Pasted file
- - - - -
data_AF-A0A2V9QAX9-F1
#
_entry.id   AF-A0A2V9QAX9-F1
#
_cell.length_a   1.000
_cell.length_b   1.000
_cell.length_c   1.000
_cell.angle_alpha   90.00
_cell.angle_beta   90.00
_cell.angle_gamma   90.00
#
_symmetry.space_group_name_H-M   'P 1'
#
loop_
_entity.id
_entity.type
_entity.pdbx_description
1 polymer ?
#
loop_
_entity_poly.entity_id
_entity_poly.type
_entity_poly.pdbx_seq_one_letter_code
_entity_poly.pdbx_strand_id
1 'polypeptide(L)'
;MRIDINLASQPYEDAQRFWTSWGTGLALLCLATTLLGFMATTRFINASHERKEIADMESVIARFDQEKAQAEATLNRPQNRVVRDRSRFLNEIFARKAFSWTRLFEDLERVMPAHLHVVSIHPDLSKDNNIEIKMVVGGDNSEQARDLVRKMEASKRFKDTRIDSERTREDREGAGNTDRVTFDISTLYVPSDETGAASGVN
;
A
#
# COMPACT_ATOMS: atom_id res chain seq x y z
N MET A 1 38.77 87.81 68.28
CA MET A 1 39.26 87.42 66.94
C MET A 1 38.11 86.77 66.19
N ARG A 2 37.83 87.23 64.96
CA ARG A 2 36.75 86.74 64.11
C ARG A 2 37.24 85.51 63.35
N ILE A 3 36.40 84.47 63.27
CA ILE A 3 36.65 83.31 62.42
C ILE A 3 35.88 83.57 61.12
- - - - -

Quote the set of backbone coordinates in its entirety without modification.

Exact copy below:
data_AF-A0A2V9QAX9-F1
#
_entry.id   AF-A0A2V9QAX9-F1
#
_cell.length_a   1.000
_cell.length_b   1.000
_cell.length_c   1.000
_cell.angle_alpha   90.00
_cell.angle_beta   90.00
_cell.angle_gamma   90.00
#
_symmetry.space_group_name_H-M   'P 1'
#
loop_
_entity.id
_entity.type
_entity.pdbx_description
1 polymer ?
#
loop_
_entity_poly.entity_id
_entity_poly.type
_entity_poly.pdbx_seq_one_letter_code
_entity_poly.pdbx_strand_id
1 'polypeptide(L)'
;MRIDINLASQPYEDAQRFWTSWGTGLALLCLATTLLGFMATTRFINASHERKEIADMESVIARFDQEKAQAEATLNRPQNRVVRDRSRFLNEIFARKAFSWTRLFEDLERVMPAHLHVVSIHPDLSKDNNIEIKMVVGGDNSEQARDLVRKMEASKRFKDTRIDSERTREDREGAGNTDRVTFDISTLYVPSDETGAASGVN
;
A
#
# COMPACT_ATOMS: atom_id res chain seq x y z
N MET A 1 38.77 87.81 68.28
CA MET A 1 39.26 87.42 66.94
C MET A 1 38.11 86.77 66.19
N ARG A 2 37.83 87.23 64.96
CA ARG A 2 36.75 86.74 64.11
C ARG A 2 37.24 85.51 63.35
N ILE A 3 36.40 84.47 63.27
CA ILE A 3 36.65 83.31 62.42
C ILE A 3 35.88 83.57 61.12